Newbie


#1

Hi all. I'm John & new to the forum.  I've been dx since Sept 2012 & am managing reasonably well. Looking forward to learning and sharing experiences with you. I have recently launched a campaign "Free medication for people with Parkinson's" which I will hopefully share with you shortly, that's if you haven't already been bombarded with Facebook posts from me already. Keep smiling.


#2

Good morning  John, nice to see you on here.  Look forward to reading your posts. 


#3

Hi.  I have just spent 2 days in hospital having a half knee replacement. I continued to take my normal parkinsons medication.  Co-carladopla, Entacapone, Seligiline.  However as part of my medication for my knee I have been taken Gabapentin twice a day. Now this appears to have been a mirical. My tremor is normally very prominent, my dexterity poor, I constantly wear off and I have been considering DBS.  Since taking the Gabapentin mY sysmtoms have been practically non existant.  I normally take Co-carladopla, Entacapone 6 x daily however I am sat here at 1530 having only taken x2 lots and have had no evidence of my symptoms.  Has anyone been prescribed this medication?  Does anyone know it's background etc?  I believe it's primarily used for epilepsy.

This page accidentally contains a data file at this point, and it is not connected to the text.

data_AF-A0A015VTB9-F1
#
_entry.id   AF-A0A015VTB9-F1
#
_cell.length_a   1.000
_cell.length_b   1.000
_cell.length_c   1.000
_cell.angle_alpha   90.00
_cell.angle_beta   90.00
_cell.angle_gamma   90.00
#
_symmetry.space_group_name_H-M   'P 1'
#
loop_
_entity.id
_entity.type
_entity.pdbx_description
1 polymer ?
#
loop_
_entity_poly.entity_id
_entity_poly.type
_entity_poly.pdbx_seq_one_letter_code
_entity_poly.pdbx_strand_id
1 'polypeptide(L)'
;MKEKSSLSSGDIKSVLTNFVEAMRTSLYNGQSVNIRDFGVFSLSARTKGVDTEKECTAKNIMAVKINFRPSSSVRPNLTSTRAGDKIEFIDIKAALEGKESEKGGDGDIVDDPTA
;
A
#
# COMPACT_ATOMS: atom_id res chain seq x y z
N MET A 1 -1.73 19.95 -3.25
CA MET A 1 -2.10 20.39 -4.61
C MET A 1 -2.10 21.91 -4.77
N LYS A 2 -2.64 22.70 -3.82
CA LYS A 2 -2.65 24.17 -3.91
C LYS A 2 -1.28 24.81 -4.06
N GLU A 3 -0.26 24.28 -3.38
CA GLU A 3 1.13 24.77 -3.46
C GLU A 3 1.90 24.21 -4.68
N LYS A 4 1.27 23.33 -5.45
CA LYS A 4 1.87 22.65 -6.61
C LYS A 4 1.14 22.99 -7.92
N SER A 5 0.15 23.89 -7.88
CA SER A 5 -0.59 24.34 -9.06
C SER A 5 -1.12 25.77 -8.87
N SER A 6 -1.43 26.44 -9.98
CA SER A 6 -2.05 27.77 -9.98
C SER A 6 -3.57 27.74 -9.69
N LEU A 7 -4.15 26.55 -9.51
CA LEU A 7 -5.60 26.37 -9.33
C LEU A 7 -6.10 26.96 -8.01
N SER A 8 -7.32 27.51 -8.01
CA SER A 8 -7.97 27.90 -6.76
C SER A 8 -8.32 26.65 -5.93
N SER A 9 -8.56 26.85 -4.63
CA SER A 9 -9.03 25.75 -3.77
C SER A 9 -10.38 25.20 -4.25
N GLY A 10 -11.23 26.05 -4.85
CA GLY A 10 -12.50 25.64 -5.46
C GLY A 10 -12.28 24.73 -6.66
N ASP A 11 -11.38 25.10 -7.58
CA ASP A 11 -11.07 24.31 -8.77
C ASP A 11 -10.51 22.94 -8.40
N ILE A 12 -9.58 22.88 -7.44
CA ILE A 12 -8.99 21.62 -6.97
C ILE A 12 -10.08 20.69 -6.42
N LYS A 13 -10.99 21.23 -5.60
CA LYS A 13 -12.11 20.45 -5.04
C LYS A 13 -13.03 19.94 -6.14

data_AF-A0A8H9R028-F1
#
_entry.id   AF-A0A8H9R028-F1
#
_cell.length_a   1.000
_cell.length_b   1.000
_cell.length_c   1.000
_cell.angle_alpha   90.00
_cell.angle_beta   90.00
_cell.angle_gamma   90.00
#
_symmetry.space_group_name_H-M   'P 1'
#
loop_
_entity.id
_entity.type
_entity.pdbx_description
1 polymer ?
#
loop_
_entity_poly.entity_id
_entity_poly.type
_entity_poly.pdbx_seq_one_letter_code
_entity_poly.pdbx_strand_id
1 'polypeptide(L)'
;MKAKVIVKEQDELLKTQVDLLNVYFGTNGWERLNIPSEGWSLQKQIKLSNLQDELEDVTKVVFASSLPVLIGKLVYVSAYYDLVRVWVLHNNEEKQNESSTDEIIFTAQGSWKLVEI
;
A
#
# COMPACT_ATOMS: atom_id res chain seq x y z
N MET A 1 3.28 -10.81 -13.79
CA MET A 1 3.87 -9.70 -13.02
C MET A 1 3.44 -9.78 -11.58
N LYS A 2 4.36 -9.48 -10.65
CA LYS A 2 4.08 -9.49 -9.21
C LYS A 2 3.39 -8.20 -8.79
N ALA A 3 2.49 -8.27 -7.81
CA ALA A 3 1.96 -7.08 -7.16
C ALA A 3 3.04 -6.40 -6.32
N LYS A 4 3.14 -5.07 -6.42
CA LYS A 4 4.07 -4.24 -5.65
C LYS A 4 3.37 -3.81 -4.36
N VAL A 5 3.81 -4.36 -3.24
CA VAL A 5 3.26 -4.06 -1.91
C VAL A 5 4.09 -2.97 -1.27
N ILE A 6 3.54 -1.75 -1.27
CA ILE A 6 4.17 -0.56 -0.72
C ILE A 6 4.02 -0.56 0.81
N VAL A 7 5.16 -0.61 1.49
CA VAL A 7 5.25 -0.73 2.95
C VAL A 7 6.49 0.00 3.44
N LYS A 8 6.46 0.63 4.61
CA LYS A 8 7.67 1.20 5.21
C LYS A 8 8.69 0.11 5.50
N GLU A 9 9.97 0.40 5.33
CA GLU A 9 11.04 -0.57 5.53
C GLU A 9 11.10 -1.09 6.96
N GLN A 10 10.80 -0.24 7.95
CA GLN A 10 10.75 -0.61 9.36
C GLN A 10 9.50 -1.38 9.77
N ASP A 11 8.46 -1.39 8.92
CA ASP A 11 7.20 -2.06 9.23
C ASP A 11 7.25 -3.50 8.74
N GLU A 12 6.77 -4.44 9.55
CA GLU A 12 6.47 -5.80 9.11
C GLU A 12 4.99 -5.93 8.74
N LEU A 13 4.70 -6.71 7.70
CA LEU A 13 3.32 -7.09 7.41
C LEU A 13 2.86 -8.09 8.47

One happy bunny at the moment......:-)

 


#4

Aye aye Bethan 

good god AV no seen you in a long time  , how are you doing ? Big stranger 

Ian from the highlands. 


#5

It has been known for years from chance findings like yours, John, that Gabapentin improves tremor and stiffness in Parkinson's, and demonstrated in double blind trials. I have no  idea why it is not in the conventional armoury of treatments. It was developed as an anti-epileptic, and found to be very effective in neurogenic pain, particularly by me, but I don't take it anymore. Looks like it fixes everything neurological.

Anybody know the answer?


#6

Hi Island Mike,

The dopamine-producing cells that are lost in Parkinson's also produce other chemical messengers, including GABA. Recent research has suggested that people with Parkinson's may not have enough of this messenger.

Gabapentin increases the amount of GABA in the brain, and you're right there have been some studies of gabapentin in people with Parkinson's. These studies have been relatively small so some more research is needed to know if gabapentin is beneficial, who it benefits the most, and if there are any side-effects.

We know that gabapentin does not interact with the GABA receptors in the brain. Recent research suggest that drugs that mimic the effects of GABA - by interacting with these receptors - may be more effective. We are currently funding a research project that is investigating whether chemicals that mimic the effects of GABA improve movement symptoms in mice.

Hope that helps,

Annie
Parkinson's UK Research Team